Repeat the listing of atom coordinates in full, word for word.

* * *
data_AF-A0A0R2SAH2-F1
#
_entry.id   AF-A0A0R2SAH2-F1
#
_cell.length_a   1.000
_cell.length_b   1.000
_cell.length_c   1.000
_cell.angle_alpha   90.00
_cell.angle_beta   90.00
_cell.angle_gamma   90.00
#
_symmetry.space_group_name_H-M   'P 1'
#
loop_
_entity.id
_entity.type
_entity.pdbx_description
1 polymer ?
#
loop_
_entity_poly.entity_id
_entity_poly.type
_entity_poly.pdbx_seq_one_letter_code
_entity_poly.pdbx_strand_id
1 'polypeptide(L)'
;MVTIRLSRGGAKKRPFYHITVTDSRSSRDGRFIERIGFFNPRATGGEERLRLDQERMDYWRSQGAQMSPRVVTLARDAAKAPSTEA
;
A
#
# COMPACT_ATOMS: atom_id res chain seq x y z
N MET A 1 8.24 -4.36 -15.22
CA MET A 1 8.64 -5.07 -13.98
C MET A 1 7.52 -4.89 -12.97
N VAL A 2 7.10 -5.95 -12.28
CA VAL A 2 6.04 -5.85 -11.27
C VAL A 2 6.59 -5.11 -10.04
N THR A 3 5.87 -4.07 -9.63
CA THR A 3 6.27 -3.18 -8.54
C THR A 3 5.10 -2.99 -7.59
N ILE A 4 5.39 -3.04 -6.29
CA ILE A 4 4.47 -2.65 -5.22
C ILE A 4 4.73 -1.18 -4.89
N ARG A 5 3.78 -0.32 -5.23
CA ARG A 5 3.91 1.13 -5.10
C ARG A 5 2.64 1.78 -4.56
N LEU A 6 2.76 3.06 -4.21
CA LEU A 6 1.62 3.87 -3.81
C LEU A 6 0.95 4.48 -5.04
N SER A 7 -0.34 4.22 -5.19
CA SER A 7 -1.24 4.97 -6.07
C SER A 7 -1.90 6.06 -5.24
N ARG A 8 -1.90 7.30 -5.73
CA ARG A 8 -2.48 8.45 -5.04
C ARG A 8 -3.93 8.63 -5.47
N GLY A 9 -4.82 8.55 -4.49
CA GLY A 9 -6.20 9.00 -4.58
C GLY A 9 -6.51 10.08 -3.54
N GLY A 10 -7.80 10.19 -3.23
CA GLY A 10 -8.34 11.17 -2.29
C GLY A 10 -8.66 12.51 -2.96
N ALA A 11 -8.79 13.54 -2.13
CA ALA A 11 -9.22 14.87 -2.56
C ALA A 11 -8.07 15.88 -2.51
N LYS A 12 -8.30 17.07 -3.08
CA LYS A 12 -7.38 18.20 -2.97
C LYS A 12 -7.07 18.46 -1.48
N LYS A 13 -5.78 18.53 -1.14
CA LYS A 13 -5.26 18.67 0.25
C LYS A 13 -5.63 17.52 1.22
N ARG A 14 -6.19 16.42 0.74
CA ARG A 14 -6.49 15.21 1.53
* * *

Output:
data_AF-A0A0R2SAH2-F1
#
_entry.id   AF-A0A0R2SAH2-F1
#
_cell.length_a   1.000
_cell.length_b   1.000
_cell.length_c   1.000
_cell.angle_alpha   90.00
_cell.angle_beta   90.00
_cell.angle_gamma   90.00
#
_symmetry.space_group_name_H-M   'P 1'
#
loop_
_entity.id
_entity.type
_entity.pdbx_description
1 polymer ?
#
loop_
_entity_poly.entity_id
_entity_poly.type
_entity_poly.pdbx_seq_one_letter_code
_entity_poly.pdbx_strand_id
1 'polypeptide(L)'
;MVTIRLSRGGAKKRPFYHITVTDSRSSRDGRFIERIGFFNPRATGGEERLRLDQERMDYWRSQGAQMSPRVVTLARDAAKAPSTEA
;
A
#
# COMPACT_ATOMS: atom_id res chain seq x y z
N MET A 1 8.24 -4.36 -15.22
CA MET A 1 8.64 -5.07 -13.98
C MET A 1 7.52 -4.89 -12.97
N VAL A 2 7.10 -5.95 -12.28
CA VAL A 2 6.04 -5.85 -11.27
C VAL A 2 6.59 -5.11 -10.04
N THR A 3 5.87 -4.07 -9.63
CA THR A 3 6.27 -3.18 -8.54
C THR A 3 5.10 -2.99 -7.59
N ILE A 4 5.39 -3.04 -6.29
CA ILE A 4 4.47 -2.65 -5.22
C ILE A 4 4.73 -1.18 -4.89
N ARG A 5 3.78 -0.32 -5.23
CA ARG A 5 3.91 1.13 -5.10
C ARG A 5 2.64 1.78 -4.56
N LEU A 6 2.76 3.06 -4.21
CA LEU A 6 1.62 3.87 -3.81
C LEU A 6 0.95 4.48 -5.04
N SER A 7 -0.34 4.22 -5.19
CA SER A 7 -1.24 4.97 -6.07
C SER A 7 -1.90 6.06 -5.24
N ARG A 8 -1.90 7.30 -5.73
CA ARG A 8 -2.48 8.45 -5.04
C ARG A 8 -3.93 8.63 -5.47
N GLY A 9 -4.82 8.55 -4.49
CA GLY A 9 -6.20 9.00 -4.58
C GLY A 9 -6.51 10.08 -3.54
N GLY A 10 -7.80 10.19 -3.23
CA GLY A 10 -8.34 11.17 -2.29
C GLY A 10 -8.66 12.51 -2.96
N ALA A 11 -8.79 13.54 -2.13
CA ALA A 11 -9.22 14.87 -2.56
C ALA A 11 -8.07 15.88 -2.51
N LYS A 12 -8.30 17.07 -3.08
CA LYS A 12 -7.38 18.20 -2.97
C LYS A 12 -7.07 18.46 -1.48
N LYS A 13 -5.78 18.53 -1.14
CA LYS A 13 -5.26 18.67 0.25
C LYS A 13 -5.63 17.52 1.22
N ARG A 14 -6.19 16.42 0.74
CA ARG A 14 -6.49 15.21 1.53